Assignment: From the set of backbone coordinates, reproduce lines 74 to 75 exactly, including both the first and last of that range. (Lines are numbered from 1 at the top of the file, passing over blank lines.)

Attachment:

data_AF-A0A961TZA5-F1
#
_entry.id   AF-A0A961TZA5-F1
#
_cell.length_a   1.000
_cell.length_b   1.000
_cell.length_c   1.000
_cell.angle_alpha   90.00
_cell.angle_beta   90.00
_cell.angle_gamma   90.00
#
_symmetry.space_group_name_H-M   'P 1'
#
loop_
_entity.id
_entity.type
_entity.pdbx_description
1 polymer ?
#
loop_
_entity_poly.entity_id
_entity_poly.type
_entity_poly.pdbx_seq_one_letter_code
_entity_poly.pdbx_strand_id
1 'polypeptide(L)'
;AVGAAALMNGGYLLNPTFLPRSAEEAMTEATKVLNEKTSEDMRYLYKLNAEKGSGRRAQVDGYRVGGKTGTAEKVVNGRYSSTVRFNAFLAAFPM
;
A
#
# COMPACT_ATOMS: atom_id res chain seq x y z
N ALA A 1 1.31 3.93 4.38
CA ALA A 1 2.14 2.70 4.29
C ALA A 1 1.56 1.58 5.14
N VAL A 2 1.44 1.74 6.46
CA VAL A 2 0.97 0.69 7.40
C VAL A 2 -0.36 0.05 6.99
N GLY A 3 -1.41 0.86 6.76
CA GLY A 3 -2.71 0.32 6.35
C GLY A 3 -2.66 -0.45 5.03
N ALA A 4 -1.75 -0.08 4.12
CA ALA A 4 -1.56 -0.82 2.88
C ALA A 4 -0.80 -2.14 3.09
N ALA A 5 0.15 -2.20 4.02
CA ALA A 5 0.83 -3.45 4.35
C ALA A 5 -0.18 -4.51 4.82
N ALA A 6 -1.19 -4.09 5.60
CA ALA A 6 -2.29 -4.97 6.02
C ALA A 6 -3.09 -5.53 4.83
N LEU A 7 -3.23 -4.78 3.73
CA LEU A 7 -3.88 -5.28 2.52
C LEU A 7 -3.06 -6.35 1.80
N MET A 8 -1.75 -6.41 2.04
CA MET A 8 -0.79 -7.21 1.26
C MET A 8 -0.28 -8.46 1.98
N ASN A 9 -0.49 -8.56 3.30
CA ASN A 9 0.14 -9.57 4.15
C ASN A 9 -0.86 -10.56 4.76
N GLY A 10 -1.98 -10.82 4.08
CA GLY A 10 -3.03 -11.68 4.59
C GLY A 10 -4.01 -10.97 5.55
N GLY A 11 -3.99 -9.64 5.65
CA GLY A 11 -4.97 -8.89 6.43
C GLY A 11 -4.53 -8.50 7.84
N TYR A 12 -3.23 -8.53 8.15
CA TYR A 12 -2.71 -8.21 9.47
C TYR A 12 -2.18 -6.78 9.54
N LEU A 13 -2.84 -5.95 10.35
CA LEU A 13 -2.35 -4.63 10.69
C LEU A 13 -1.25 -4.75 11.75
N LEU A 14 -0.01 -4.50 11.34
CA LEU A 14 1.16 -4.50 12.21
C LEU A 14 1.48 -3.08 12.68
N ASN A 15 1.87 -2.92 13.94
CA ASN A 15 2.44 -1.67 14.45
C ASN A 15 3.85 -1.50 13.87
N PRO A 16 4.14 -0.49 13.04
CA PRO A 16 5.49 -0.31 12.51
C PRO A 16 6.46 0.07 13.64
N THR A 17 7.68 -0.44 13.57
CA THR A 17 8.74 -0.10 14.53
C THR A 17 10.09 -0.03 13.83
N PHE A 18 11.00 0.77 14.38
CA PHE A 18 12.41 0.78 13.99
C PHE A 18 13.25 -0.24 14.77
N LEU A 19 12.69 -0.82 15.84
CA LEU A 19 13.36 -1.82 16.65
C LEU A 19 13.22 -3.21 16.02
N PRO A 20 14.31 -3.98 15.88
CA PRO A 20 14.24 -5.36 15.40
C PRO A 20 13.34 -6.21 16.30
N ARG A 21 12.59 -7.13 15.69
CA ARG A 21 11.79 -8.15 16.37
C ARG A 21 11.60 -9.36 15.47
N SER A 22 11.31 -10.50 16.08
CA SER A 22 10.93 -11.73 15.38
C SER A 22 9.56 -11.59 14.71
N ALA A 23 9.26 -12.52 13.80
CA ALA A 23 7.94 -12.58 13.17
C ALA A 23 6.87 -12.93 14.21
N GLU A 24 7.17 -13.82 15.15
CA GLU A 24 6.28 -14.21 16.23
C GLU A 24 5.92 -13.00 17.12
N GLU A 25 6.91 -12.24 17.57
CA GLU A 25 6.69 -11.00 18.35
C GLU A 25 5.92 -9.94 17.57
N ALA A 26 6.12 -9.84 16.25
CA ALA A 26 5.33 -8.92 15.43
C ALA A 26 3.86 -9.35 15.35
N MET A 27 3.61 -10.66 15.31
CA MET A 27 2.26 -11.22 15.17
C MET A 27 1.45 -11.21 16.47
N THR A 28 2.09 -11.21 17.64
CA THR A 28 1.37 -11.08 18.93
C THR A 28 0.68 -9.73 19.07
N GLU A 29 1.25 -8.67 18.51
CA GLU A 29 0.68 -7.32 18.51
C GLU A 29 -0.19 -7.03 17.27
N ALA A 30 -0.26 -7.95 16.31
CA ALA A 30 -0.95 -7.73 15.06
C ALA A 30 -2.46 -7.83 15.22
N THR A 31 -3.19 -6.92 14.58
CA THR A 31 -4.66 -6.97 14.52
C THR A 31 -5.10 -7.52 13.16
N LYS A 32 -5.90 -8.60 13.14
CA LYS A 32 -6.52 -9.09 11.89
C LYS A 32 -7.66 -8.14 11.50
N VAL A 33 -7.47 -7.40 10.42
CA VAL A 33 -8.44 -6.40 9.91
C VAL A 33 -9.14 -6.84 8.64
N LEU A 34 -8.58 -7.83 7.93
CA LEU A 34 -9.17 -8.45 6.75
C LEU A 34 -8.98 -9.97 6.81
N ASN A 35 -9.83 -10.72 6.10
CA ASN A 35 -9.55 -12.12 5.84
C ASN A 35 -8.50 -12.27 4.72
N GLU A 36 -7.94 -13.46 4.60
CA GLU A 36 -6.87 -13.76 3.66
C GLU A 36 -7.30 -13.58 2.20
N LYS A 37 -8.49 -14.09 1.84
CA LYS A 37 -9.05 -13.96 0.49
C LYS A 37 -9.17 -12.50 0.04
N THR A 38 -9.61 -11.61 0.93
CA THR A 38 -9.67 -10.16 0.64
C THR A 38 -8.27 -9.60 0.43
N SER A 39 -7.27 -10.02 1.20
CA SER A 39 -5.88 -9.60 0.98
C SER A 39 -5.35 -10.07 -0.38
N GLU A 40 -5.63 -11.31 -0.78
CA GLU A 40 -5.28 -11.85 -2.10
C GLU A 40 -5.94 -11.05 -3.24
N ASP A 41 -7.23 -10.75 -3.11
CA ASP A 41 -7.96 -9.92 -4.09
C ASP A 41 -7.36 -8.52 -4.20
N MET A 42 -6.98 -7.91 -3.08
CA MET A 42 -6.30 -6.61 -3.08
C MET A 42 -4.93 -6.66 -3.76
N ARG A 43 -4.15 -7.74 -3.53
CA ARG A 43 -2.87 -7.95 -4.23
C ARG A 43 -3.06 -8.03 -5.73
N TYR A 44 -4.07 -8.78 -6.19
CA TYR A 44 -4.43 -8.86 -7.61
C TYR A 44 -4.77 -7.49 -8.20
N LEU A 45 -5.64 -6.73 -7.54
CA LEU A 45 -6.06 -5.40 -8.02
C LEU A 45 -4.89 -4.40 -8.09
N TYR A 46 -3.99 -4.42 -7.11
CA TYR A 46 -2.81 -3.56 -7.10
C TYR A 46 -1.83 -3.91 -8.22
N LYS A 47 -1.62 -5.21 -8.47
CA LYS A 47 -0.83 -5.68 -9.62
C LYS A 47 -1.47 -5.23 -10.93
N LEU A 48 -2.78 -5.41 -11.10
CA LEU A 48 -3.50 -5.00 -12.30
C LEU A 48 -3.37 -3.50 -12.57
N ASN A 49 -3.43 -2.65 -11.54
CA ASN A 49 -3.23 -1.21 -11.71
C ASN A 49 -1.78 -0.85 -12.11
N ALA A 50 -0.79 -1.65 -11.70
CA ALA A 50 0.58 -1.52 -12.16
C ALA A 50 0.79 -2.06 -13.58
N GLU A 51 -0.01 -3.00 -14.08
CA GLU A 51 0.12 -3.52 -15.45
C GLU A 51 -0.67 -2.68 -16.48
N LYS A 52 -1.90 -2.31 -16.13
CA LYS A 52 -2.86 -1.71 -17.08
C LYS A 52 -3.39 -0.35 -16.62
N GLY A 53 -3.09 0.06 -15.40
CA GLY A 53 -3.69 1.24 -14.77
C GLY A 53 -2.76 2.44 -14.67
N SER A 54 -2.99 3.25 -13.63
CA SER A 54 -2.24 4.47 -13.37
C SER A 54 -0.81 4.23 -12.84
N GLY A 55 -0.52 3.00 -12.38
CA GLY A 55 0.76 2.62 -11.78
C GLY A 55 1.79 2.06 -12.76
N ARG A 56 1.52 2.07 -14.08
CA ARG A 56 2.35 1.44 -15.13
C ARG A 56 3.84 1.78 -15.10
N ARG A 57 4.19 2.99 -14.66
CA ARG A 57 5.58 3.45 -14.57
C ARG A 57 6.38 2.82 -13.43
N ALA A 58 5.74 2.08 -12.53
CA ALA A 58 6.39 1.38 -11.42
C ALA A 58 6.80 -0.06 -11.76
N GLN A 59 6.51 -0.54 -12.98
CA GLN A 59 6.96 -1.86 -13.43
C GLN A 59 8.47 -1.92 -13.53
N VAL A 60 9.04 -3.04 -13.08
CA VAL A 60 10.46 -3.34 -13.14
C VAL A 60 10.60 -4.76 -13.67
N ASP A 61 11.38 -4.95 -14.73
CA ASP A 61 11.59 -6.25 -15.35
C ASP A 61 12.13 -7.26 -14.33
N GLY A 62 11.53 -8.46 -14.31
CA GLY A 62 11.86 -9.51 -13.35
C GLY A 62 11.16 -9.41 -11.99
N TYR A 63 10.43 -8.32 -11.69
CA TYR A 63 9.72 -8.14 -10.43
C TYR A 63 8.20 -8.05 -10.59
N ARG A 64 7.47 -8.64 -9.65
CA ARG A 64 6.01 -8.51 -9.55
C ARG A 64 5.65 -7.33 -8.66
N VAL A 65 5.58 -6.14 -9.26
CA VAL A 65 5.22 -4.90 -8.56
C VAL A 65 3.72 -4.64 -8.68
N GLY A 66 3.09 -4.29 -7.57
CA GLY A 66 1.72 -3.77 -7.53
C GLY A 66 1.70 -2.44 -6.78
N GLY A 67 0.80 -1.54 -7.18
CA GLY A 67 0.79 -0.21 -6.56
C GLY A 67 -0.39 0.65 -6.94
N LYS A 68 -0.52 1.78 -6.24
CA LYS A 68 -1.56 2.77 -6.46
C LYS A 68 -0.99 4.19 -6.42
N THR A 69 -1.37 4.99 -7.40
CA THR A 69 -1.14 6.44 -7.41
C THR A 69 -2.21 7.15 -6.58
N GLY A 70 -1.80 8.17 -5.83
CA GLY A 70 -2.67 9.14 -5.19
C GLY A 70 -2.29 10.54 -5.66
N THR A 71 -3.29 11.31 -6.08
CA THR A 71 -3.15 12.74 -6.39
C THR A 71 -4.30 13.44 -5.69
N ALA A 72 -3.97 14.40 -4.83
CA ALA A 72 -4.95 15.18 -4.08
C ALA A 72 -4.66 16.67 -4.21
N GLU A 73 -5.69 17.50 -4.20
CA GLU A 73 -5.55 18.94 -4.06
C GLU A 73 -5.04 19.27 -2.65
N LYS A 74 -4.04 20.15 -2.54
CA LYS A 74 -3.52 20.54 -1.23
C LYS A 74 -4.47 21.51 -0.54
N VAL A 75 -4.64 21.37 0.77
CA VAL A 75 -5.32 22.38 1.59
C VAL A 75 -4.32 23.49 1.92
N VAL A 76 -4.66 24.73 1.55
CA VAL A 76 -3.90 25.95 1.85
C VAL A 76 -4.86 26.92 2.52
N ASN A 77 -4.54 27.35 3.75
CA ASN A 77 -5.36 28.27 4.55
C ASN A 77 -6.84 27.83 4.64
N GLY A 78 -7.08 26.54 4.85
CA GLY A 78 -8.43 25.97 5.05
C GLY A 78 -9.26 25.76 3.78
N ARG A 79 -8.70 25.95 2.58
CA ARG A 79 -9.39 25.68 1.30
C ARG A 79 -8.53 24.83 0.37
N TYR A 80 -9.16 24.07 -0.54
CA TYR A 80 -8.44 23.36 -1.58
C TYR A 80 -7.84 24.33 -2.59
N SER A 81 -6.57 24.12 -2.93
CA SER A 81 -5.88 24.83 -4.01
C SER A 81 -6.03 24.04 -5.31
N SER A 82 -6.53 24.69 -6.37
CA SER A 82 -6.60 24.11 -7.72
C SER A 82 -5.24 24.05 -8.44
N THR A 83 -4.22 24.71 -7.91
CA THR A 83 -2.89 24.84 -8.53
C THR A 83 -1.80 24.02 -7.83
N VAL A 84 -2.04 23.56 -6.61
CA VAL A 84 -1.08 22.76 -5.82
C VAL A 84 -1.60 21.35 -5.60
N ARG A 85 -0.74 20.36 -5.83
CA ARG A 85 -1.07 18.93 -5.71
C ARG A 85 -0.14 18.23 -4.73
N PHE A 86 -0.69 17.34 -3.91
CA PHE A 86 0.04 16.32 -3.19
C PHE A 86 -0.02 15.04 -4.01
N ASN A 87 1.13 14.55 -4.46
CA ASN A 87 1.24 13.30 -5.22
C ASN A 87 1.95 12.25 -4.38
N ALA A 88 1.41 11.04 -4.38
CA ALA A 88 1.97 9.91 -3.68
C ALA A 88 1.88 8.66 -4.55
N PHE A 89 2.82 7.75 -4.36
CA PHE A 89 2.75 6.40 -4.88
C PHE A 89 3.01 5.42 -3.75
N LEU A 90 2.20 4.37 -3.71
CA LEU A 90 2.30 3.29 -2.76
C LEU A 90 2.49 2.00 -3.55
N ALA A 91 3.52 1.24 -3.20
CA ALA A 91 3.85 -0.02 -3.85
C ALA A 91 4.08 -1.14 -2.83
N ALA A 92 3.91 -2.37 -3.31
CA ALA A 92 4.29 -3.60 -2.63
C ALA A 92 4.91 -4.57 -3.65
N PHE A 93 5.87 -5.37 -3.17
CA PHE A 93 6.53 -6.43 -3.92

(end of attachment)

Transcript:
CA ASN A 15 2.44 -1.67 14.45
C ASN A 15 3.85 -1.50 13.87